Anatomy of a Change Request – The Basics

In most IT environments you’ll find some kind of Change Request (CR) form.  Some of them are simple forms for simple workflows and some of them…well, aren’t.  What does a typical CR look like?  If you’re creating a Change Management (CM) process for your organization (and you should have one!), what should your CR look like?

In this post I’ll talk about the very basic information that should be in every CR. In a subsequent post I’ll go through some of the optional information that more heavyweight CM processes may use.

A minimal CR

Any CR should have at least the following information:

  • Title
  • Requestor
  • Executor
  • Execution Time
  • Purpose
  • Procedure (including execution, validation, and rollback)
  • Results

Let’s go through these one by one:

This is a short (less than one line) summary of the CR, used mainly for displaying CRs in lists.
Who asked for this change? This is important to have in case there are any questions about what should be done or decisions that need to be made about different options that can be chosen. If you don’t know who requested it, you can’t get answers to those questions.
Who is actually doing the change? This is important to know for later troubleshooting purposes – if something goes wrong you’ll want to consult the person who made the change as they will have the best knowledge of what happened and if anything strange occurred.
Execution time
For troubleshooting it is critical to know exactly when changes took place, so you can correlate with service impacts or other important events. (Your CM process may record execution time as part of the change workflow itself, in which case it’s not critical to have it actually in the CR – but it needs to be somewhere).
Why is this change being made? What is the business value of doing this? This is the field I see missing most often. Everyone involved in the CM process should understand the reason why changes are being made – and those reasons should be tied to the needs of the business. This understanding allows everyone to make informed decisions at every stage about priorities, strategies, tactics, etc. Without this understanding, the people making the changes are disconnected from the business and become disengaged and jaded, eventually leading to poor decisions.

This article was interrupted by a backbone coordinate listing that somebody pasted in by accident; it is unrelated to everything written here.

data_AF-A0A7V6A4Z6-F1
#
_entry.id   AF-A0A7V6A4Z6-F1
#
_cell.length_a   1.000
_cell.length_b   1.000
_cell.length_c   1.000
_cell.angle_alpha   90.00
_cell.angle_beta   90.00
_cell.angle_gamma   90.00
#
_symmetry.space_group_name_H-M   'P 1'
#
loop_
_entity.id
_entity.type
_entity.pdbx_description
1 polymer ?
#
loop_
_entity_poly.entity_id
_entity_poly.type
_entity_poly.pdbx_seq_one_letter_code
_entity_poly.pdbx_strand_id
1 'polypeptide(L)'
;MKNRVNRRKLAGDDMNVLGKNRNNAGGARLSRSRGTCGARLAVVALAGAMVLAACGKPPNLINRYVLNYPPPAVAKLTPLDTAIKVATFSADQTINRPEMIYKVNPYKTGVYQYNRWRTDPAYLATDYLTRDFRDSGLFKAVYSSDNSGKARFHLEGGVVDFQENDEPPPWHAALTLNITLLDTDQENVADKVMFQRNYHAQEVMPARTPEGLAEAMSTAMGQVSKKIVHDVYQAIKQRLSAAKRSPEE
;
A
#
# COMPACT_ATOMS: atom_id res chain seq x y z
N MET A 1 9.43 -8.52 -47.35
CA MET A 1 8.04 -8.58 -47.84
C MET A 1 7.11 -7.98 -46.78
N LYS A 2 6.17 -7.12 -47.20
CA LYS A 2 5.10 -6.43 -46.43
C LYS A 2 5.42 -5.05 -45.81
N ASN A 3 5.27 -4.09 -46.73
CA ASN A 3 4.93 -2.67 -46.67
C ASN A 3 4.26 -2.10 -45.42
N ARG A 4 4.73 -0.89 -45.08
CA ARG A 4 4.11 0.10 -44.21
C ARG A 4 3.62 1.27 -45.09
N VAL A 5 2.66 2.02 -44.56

Procedure (execution, validation, rollback)
What are you going to do? What order are you going to do it in? How are you going to make sure it worked, and didn’t break anything else? What are you going to do if something goes wrong? There are many different viewpoints on what level of detail and rigor this procedure needs to have – there is no one right answer but I always think of every CR as a candidate for future automation, and the more detailed, specific, and complete the procedural section of the CR is, the easier it will be to automate in the future.
What happened when the change was executed? Typically this part of the CR will contain pasted output from execution or validation commands, or screenshots showing the effective change, etc. If there are any problems later this prevents wasted time while people ask “did you do _____” or “what does ______ command show?” A tiny amount of work to cut’n’paste some info here can save a huge amount of heartache later.

This may seem like a lot of information for a simple CR, but in practice it doesn’t take very long to fill these out for simple changes. And for complicated changes, you shouldn’t be worried about the extra overhead of typing – if you’re not thinking through and planning your complicated changes, you’re taking big risks with your business.

Where does a CR form live?

When your CM process gets started, CR forms will often be simple documents – they could be in GDocs (this is how we do it at my company today), they could be in a wiki, or they could live directly in the ticketing system that manages your CM workflow (if you have one). What’s important is that the CRs be easy to fill out and easy to find later.

How do I start using a CR form?

Once you’ve created your CR form, the next step is simple. Just start using it for your changes! Ideally the person in charge of your infrastructure already understands the value of CM, and will be eager to have everyone start using the CR. If that’s not the case, use the CR form yourself, and ask others to use it. Even if no one else does, at some point there will be an incident that will make the value of using CRs obvious to everyone – and when that happens you’ll be ready.

About Paul Guth

Old Timey Web Ops guy. I think about cars and clouds, and how they could be faster, cheaper, and more resilient. View all posts by Paul Guth

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